Five months after I didn’t get to see Steven Pinker because of severe weather and a huge crowd, I have finally finished his book The Language Instinct. I’m somewhat at a loss as to what to say about the book. Overall I enjoyed it and found it a worthwhile read. Some parts felt like a bit of a slog but I think the slog was not due to Pinker necessarily but to me just not having an interest in how verb phrases are constructed.
The premise and point of the book is to explain how the basis for language is a biological and evolutionary phenomena of human beings. Each chapter builds on the one that came before so that it seems like the really interesting and fun stuff comes at the end. This happened last year when I read Brian Greene’s Fabric of the Cosmos. This doesn’t mean nothing leading up to the final chapters is interesting, only that the bulk of the really fascinating things about language come at the end after Pinker has laid out all the evidence and we know where he is coming from when he talks about how language can indeed be a product of evolution.
One of my favorite chapters was one in which Pinker takes those he calls “language mavens” to task. The language mavens are the Richard Lederers and William Safires of the world who delight in making fun of people for speaking incorrectly and like to tell everyone how we should speak. As a cognitive scientist and a linguist, Pinker takes obvious delight in making fun of them. Because we all have a Universal Grammar in our brains we all have an innate knowledge of grammar. As we grow up and learn to speak English or French or Swahili, the Universal Grammar in our brains creates the processing wires for that particular language so that we know if we are learning English how to create noun phrases and verb phrases and how verbs are conjugated. No one ever has to teach us grammar, we already know it.
What the language mavens are doing, as well as those who are trying to “save” English, is approaching language from a prescriptive angle. There is a “standard” English and this is what is taught in schools. It’s the language of business and commerce and academics. And there is nothing wrong with it. What is wrong is for the language mavens to say that standard English is the only English. Standard English was created by writers and style editors and people like that, it is not organic. Quite a number of the grammar “rules” in standard English do not come from English grammar at all, but Latin grammar. For instance, the rule of never split an infinitive. The way Latin is constructed you can’t split an infinitive because oftentimes the infinitive is a single word like facere. While in English our infinitives are two words, to work and there is no reason why they can’t be split up by an adverb. Would you want the starship Enterprise “to go boldy” or “to boldly go?”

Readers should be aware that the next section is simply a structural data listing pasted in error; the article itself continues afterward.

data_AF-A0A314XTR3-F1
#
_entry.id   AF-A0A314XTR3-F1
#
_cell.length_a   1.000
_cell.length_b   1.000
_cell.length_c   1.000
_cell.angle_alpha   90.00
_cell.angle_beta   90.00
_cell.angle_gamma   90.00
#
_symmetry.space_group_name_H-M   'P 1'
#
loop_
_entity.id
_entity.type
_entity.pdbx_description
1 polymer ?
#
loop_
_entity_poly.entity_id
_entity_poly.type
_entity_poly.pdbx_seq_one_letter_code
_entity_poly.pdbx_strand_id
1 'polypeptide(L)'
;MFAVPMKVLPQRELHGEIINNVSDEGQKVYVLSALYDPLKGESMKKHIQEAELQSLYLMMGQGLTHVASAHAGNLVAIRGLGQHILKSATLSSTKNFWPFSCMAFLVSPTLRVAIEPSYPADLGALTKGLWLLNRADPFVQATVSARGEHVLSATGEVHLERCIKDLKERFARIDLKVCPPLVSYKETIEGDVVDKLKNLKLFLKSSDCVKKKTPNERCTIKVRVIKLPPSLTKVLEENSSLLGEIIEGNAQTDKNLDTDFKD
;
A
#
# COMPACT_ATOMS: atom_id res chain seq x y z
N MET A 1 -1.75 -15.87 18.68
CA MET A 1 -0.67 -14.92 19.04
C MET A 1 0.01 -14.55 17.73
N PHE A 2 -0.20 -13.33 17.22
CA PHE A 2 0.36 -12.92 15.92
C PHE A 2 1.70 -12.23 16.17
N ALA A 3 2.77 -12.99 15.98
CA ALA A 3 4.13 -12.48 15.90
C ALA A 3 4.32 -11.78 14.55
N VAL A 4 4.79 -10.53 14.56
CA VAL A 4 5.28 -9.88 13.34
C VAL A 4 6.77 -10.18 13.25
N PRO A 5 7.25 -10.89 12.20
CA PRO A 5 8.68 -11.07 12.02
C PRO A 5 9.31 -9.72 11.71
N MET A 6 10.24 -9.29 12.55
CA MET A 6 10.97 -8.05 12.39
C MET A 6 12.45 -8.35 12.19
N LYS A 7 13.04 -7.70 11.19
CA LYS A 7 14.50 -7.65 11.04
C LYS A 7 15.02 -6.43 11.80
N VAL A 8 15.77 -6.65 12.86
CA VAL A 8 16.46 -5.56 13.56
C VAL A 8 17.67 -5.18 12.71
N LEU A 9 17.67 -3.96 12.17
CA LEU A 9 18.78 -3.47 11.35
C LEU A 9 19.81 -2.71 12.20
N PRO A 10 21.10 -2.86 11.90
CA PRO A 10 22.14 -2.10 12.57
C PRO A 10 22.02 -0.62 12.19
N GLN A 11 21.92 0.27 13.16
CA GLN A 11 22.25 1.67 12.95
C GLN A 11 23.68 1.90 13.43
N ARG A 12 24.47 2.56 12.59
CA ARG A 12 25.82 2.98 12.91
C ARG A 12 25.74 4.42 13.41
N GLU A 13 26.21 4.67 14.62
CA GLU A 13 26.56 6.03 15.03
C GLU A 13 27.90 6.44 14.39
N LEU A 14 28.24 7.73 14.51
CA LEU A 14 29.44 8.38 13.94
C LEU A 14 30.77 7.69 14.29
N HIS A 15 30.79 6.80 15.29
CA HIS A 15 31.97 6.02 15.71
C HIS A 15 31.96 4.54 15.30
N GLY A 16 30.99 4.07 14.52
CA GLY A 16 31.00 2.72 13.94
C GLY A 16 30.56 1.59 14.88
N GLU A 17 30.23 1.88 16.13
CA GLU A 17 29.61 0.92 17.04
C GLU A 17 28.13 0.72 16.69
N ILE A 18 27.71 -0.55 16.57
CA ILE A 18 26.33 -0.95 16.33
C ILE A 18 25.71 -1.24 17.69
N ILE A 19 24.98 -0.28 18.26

Few people actually speak standard English in their everyday lives, but yet, most everyone speaks grammatically mostof the time; we can’t help it. In Pinker’s opinion to make fun of people for not speaking standard English is just plain mean. Pinker actually takes examples from Safire’s and Lederer’s columns and explains how the things they get on their high horse about are actually perfectly grammatical. He also explains why language mavens are fighting a losing battle. Language changes over time to suit the needs of those who use it. If you read Shakespeare or Chaucer or Beowulf, even though they are all English, you may be hard pressed to understand it. But Pinker even admits that he has trouble sometimes and that it really bothers him when people use “disinterested” to mean “apathetic.” We all have our peeves as noted at Box of Books recently.
I by no means wish to start an argument over language or grammar or whether Pinker is right or wrong. I think what Pinker ultimately does in the end, regardless of whether you agree with him or not, is to remind us what a fascinating thing is language and the human mind, how much we have learned and how much we have left to learn about ourselves and the words we speak.